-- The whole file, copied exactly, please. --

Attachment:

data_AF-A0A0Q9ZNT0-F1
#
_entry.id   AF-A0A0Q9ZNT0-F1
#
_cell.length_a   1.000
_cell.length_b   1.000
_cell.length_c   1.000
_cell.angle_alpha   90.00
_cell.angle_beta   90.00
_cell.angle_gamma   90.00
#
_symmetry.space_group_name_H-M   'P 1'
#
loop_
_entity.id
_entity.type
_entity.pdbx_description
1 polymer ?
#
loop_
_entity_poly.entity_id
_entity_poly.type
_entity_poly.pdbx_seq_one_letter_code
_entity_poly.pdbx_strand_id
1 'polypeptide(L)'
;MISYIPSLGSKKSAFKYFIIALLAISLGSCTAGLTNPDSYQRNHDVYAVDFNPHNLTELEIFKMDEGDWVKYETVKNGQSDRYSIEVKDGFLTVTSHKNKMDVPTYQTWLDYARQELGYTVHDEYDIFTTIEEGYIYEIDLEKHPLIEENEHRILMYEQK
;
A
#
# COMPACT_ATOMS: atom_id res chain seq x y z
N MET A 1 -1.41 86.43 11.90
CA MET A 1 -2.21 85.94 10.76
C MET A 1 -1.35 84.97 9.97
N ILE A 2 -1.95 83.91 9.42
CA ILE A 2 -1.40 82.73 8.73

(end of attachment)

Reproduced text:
data_AF-A0A0Q9ZNT0-F1
#
_entry.id   AF-A0A0Q9ZNT0-F1
#
_cell.length_a   1.000
_cell.length_b   1.000
_cell.length_c   1.000
_cell.angle_alpha   90.00
_cell.angle_beta   90.00
_cell.angle_gamma   90.00
#
_symmetry.space_group_name_H-M   'P 1'
#
loop_
_entity.id
_entity.type
_entity.pdbx_description
1 polymer ?
#
loop_
_entity_poly.entity_id
_entity_poly.type
_entity_poly.pdbx_seq_one_letter_code
_entity_poly.pdbx_strand_id
1 'polypeptide(L)'
;MISYIPSLGSKKSAFKYFIIALLAISLGSCTAGLTNPDSYQRNHDVYAVDFNPHNLTELEIFKMDEGDWVKYETVKNGQSDRYSIEVKDGFLTVTSHKNKMDVPTYQTWLDYARQELGYTVHDEYDIFTTIEEGYIYEIDLEKHPLIEENEHRILMYEQK
;
A
#
# COMPACT_ATOMS: atom_id res chain seq x y z
N MET A 1 -1.41 86.43 11.90
CA MET A 1 -2.21 85.94 10.76
C MET A 1 -1.35 84.97 9.97
N ILE A 2 -1.95 83.91 9.42
CA ILE A 2 -1.40 82.73 8.73